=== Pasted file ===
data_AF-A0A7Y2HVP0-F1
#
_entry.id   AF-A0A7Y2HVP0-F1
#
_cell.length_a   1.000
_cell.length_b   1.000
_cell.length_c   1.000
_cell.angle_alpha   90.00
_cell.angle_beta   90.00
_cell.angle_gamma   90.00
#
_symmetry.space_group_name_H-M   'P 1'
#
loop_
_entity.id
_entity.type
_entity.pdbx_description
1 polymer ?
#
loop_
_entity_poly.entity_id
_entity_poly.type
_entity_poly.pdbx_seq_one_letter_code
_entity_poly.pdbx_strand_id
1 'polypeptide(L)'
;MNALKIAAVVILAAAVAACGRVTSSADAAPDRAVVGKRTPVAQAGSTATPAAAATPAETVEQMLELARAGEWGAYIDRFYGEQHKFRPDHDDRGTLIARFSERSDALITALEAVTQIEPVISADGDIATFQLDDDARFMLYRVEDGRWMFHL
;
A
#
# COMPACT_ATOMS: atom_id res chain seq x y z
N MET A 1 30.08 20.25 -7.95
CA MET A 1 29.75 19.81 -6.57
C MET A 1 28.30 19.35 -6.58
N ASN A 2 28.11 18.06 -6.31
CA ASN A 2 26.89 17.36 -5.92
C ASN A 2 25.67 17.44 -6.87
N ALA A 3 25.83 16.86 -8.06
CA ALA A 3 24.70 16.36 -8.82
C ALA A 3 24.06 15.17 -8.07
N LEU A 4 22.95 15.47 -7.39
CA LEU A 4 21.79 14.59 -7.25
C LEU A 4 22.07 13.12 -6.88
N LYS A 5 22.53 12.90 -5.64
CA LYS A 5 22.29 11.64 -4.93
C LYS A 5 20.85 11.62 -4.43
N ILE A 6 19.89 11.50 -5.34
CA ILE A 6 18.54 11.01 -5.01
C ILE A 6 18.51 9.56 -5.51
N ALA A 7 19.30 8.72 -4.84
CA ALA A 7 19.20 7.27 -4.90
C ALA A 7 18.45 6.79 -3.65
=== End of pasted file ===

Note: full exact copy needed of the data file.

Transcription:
data_AF-A0A7Y2HVP0-F1
#
_entry.id   AF-A0A7Y2HVP0-F1
#
_cell.length_a   1.000
_cell.length_b   1.000
_cell.length_c   1.000
_cell.angle_alpha   90.00
_cell.angle_beta   90.00
_cell.angle_gamma   90.00
#
_symmetry.space_group_name_H-M   'P 1'
#
loop_
_entity.id
_entity.type
_entity.pdbx_description
1 polymer ?
#
loop_
_entity_poly.entity_id
_entity_poly.type
_entity_poly.pdbx_seq_one_letter_code
_entity_poly.pdbx_strand_id
1 'polypeptide(L)'
;MNALKIAAVVILAAAVAACGRVTSSADAAPDRAVVGKRTPVAQAGSTATPAAAATPAETVEQMLELARAGEWGAYIDRFYGEQHKFRPDHDDRGTLIARFSERSDALITALEAVTQIEPVISADGDIATFQLDDDARFMLYRVEDGRWMFHL
;
A
#
# COMPACT_ATOMS: atom_id res chain seq x y z
N MET A 1 30.08 20.25 -7.95
CA MET A 1 29.75 19.81 -6.57
C MET A 1 28.30 19.35 -6.58
N ASN A 2 28.11 18.06 -6.31
CA ASN A 2 26.89 17.36 -5.92
C ASN A 2 25.67 17.44 -6.87
N ALA A 3 25.83 16.86 -8.06
CA ALA A 3 24.70 16.36 -8.82
C ALA A 3 24.06 15.17 -8.07
N LEU A 4 22.95 15.47 -7.39
CA LEU A 4 21.79 14.59 -7.25
C LEU A 4 22.07 13.12 -6.88
N LYS A 5 22.53 12.90 -5.64
CA LYS A 5 22.29 11.64 -4.93
C LYS A 5 20.85 11.62 -4.43
N ILE A 6 19.89 11.50 -5.34
CA ILE A 6 18.54 11.01 -5.01
C ILE A 6 18.51 9.56 -5.51
N ALA A 7 19.30 8.72 -4.84
CA ALA A 7 19.20 7.27 -4.90
C ALA A 7 18.45 6.79 -3.65